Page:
The most important thing that distinguishes operational lag from the other types identified in the chart, is that it is an 'outside lag' meaning that it relates to the time taken for an intervention in the economy to actually take effect. The other types of lag are all inside lags because they are internal to the recognition of a problem and the actions taken to address it, by contrast the outside lag is external to that process.
Another important distinction is that the lag here is a 'distributed lag' meaning that there is a gradual build up of effects taking place in the economy over time as a result of whatever action is implemented, rather than a 'discreet lag' whereby the full impact occurs all at once after some passage of time. The inside lags are all discrete lags, only the outside lag is a distributed lag.
For details on the other sorts of lags, see my articles at:
Fiscal Policy Vs Monetary Policy Lags
Expansionary fiscal policy and contractionary fiscal policy both operate more immediately and directly on the real economy once all their inside lag delays are overcome, and therefore the associated outside lag is much shorter.
By contrast, monetary policy has a much shorter inside lag since the monetary authority, i.e., the Federal Reserve in the United States, can meet as required and agree upon a course of action within days. Whatever is agreed can then be acted upon immediately via the open market operations desk, meaning that there is almost no action lag (also called administrative lag - see chart above), only recognition lags occur to the same extent in monetary policy as fiscal policy.
Where monetary policy is slower than fiscal policy is the outside lag. The operational lag here takes longer because of the distributed lag effect described above. For example, whereas a fiscal policy expansion might send stimulus checks directly to citizens to encourage spending right away, a monetary policy interest rate reduction will take time to encourage new investment and so on.
Operational Lag Examples
Once a policy is in operation, the time taken for it to impact the economy depends on the extent of the distributed lag effect. Recent examples include:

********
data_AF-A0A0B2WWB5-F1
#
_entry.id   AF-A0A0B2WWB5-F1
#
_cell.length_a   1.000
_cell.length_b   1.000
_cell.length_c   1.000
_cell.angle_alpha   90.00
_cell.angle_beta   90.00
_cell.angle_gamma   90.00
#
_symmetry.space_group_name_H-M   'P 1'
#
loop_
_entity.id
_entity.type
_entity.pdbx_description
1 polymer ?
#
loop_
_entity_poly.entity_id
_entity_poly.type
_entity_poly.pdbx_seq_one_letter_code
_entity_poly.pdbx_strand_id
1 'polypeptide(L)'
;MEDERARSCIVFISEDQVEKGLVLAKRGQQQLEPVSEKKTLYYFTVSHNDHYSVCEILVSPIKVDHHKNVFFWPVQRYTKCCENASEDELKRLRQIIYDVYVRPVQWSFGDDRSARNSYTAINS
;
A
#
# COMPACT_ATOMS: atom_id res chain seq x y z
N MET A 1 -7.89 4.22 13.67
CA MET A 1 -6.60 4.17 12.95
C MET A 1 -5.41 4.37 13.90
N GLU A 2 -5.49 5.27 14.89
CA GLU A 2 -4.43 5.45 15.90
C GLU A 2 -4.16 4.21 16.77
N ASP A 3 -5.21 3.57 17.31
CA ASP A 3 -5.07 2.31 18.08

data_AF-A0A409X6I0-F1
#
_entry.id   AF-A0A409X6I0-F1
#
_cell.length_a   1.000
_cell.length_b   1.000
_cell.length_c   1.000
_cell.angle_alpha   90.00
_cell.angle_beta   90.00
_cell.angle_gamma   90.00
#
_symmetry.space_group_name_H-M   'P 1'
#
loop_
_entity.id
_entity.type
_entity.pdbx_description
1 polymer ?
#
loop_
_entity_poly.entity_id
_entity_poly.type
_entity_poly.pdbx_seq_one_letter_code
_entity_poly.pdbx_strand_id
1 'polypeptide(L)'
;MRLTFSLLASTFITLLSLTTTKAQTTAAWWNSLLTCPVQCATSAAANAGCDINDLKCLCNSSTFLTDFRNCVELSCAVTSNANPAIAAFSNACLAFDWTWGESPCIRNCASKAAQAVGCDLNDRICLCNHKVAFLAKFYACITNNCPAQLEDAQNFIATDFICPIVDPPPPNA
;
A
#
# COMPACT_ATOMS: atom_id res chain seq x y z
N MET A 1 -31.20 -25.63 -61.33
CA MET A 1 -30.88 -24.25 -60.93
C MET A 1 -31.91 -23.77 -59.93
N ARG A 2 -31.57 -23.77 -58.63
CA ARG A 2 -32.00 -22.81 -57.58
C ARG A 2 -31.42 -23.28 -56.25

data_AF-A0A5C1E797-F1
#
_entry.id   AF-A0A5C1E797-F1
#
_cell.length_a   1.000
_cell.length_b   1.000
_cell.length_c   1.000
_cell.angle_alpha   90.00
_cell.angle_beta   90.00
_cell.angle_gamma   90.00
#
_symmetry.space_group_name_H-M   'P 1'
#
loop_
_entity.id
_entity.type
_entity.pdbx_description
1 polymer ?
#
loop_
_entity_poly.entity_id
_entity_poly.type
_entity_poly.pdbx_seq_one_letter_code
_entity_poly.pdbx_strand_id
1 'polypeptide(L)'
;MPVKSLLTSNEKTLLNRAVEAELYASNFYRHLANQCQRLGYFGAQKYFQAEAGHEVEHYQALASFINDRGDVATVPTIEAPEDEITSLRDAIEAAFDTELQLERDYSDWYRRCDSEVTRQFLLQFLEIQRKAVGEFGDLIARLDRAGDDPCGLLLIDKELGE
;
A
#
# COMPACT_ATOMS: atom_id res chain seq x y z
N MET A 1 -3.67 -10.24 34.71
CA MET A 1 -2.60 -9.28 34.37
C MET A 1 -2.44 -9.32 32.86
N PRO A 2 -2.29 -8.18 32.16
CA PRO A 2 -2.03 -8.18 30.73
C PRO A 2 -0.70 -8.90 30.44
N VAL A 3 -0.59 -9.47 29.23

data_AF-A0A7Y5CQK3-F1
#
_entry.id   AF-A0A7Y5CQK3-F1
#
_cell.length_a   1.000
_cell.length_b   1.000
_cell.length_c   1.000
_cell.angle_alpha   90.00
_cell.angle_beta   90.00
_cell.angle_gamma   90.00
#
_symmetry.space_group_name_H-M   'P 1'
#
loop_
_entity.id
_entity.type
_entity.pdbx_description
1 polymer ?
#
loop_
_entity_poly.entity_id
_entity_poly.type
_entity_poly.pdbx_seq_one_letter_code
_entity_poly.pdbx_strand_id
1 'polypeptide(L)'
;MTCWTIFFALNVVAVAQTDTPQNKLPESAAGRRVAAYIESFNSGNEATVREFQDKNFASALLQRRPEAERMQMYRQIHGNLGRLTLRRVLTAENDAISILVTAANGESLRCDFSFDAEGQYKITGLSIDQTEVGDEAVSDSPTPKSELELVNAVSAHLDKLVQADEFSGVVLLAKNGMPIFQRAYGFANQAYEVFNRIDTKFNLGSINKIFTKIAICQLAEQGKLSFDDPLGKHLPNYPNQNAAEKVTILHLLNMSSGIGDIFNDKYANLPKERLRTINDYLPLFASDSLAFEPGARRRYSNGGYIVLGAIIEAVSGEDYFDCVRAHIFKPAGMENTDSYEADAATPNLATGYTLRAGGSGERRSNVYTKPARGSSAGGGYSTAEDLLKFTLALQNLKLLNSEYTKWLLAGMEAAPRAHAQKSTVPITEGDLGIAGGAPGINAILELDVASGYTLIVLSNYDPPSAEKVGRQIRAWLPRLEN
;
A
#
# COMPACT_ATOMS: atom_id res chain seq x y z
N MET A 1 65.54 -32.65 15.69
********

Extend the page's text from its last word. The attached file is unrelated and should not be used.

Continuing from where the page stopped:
- Stimulus Checks - these were sent out by the government in order to support people during the Covid-19 pandemic because people were prevented from going to work to earn their income. The checks were readily used with little delay once they were received.
- Interest Rate Hikes - In March 2022 the Federal Reserve made its first interest rate increase in response to growing concerns over rapidly rising inflation. In some ways the impact of this was immediate and/or preempted because the financial markets had already anticipated it, but in other ways it will have much slower effects as the business community and consumers respond to the increasing cost of loans, mortgages and other types of finance.
We might assume that the shorter action lag of monetary policy, compared to tax and spend fiscal policies, makes it more effective as a means of stabilizing the economy when an economic shock of one sort or another takes its toll. Indeed, in all but the most severe shocks over the past few decades our governments have favored monetary policy, but in this article and others regarding policy lags I have only presented an overview of the theory. Practice is not the same as theory, and serious questions arise about the competence of governments and central banks to use such tools.
One cursory glance at the state of the public finances, our national debt levels, our budget deficit and out trade deficit, should answer the big question about whether or not the government can be trusted with the management of the economy in the long run, but even in the short run we should demand more answers, because there is little evidence that the supposed intended effects of any of these policies have been competently handled.
There are just as many arguments to suggest that stabilization policies have been deliberately abused for short term gain e.g., by inappropriately boosting the economy ahead of an election in order to create a temporary feel-good-factor among voters.
If as a society we can learn the lessons of past failures, we might demand less interference from self-serving politicians, but unfortunately there's little evidence of that sort of general public sentiment so far.